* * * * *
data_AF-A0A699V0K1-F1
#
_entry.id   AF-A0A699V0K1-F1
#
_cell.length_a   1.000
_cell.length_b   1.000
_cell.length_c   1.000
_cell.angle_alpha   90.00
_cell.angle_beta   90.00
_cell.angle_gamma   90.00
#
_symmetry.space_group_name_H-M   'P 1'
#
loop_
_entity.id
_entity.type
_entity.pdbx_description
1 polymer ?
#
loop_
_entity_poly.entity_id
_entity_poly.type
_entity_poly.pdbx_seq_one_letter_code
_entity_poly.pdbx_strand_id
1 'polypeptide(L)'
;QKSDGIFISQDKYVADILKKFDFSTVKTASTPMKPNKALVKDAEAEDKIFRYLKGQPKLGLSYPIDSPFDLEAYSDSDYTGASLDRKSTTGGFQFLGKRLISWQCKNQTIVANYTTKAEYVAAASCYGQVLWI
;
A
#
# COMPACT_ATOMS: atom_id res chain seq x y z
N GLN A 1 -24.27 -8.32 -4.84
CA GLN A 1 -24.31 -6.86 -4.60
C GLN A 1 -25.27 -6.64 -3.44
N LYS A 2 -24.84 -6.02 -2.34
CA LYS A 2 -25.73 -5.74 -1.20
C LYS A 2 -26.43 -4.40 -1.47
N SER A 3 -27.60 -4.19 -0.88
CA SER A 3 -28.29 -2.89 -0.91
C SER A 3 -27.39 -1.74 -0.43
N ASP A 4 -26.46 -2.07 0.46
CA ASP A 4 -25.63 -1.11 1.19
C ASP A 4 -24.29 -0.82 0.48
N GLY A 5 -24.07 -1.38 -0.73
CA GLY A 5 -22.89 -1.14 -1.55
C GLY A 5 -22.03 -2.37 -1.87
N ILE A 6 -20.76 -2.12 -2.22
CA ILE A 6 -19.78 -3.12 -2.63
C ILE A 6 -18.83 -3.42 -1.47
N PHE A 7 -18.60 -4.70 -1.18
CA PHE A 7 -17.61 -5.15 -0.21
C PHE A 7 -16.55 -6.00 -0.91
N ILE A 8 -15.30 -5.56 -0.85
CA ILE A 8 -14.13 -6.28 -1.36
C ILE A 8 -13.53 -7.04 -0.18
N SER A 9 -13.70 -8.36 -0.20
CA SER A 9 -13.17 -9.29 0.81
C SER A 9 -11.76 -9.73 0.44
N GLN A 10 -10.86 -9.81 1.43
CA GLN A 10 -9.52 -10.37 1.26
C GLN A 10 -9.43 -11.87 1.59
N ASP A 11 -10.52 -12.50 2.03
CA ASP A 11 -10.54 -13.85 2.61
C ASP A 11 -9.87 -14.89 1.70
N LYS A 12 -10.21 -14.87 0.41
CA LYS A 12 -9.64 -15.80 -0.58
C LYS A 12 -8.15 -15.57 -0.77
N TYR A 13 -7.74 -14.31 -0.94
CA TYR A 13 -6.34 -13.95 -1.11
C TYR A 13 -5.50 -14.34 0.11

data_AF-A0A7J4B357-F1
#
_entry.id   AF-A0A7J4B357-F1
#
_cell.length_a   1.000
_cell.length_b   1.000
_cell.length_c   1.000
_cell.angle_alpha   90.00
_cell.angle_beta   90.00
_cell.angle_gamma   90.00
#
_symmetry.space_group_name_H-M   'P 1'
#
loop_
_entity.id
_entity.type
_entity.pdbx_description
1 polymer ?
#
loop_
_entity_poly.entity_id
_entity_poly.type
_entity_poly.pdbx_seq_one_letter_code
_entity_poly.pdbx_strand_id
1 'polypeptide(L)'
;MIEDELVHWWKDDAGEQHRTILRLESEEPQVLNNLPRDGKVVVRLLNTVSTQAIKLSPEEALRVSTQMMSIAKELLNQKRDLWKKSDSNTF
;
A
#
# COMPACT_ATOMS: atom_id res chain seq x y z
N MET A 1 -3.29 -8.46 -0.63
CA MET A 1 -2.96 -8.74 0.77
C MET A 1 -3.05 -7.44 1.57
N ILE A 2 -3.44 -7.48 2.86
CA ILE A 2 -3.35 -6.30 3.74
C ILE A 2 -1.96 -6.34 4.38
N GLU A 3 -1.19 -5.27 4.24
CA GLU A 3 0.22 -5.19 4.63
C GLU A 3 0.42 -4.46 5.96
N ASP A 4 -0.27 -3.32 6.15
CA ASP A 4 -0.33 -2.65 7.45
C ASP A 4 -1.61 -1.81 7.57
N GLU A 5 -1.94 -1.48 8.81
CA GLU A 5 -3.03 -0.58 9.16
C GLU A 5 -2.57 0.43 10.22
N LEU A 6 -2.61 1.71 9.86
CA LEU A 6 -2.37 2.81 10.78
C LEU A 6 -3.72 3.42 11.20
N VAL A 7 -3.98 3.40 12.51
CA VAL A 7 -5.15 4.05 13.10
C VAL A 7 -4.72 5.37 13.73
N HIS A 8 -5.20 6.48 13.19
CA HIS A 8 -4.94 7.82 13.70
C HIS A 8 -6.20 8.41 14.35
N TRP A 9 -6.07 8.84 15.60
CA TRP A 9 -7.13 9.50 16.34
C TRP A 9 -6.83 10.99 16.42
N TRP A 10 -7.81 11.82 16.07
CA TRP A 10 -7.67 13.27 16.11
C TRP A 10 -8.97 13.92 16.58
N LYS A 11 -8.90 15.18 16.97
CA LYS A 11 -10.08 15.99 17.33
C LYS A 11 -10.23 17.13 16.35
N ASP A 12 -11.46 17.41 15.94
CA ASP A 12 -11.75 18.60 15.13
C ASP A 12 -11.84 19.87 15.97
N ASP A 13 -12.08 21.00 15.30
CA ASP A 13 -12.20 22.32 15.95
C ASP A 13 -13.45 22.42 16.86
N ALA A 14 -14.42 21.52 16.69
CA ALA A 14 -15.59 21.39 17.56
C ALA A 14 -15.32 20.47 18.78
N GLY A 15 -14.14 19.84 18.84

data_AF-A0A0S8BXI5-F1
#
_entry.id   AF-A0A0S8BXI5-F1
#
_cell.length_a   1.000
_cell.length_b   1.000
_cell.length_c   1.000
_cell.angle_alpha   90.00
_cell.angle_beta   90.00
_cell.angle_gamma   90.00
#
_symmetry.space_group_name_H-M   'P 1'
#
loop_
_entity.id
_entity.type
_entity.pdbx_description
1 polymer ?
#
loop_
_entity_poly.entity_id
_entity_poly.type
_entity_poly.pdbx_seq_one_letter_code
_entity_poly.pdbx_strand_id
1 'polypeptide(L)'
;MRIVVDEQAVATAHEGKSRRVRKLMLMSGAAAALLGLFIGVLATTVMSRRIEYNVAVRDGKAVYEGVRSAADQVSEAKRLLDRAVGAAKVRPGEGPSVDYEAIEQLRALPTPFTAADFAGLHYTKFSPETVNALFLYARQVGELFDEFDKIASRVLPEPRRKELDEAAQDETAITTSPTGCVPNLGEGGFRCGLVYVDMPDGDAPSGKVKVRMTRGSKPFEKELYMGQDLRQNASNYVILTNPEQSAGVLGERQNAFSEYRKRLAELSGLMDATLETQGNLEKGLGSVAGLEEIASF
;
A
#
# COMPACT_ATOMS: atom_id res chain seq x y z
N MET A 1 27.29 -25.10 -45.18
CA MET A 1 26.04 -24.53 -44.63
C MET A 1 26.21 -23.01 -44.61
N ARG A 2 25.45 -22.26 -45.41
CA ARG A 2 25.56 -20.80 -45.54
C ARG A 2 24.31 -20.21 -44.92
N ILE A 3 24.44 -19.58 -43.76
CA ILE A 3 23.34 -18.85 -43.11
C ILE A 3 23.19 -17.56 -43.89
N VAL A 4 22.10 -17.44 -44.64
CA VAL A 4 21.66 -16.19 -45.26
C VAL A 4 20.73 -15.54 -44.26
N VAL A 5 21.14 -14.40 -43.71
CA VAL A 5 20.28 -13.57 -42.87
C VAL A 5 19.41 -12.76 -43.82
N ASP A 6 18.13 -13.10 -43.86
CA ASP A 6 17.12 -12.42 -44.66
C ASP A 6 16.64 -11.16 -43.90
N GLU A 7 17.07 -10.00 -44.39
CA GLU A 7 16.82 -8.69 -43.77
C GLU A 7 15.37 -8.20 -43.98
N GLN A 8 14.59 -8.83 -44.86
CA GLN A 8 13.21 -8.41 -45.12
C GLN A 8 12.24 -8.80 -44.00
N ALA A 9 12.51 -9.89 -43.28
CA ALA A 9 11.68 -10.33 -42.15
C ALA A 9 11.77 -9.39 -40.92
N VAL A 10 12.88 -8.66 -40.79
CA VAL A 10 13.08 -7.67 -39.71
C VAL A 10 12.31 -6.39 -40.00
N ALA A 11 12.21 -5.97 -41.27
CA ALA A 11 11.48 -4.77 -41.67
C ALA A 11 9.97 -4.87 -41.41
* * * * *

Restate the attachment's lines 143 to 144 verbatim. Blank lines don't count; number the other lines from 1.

data_AF-A0A0S8BXI5-F1
#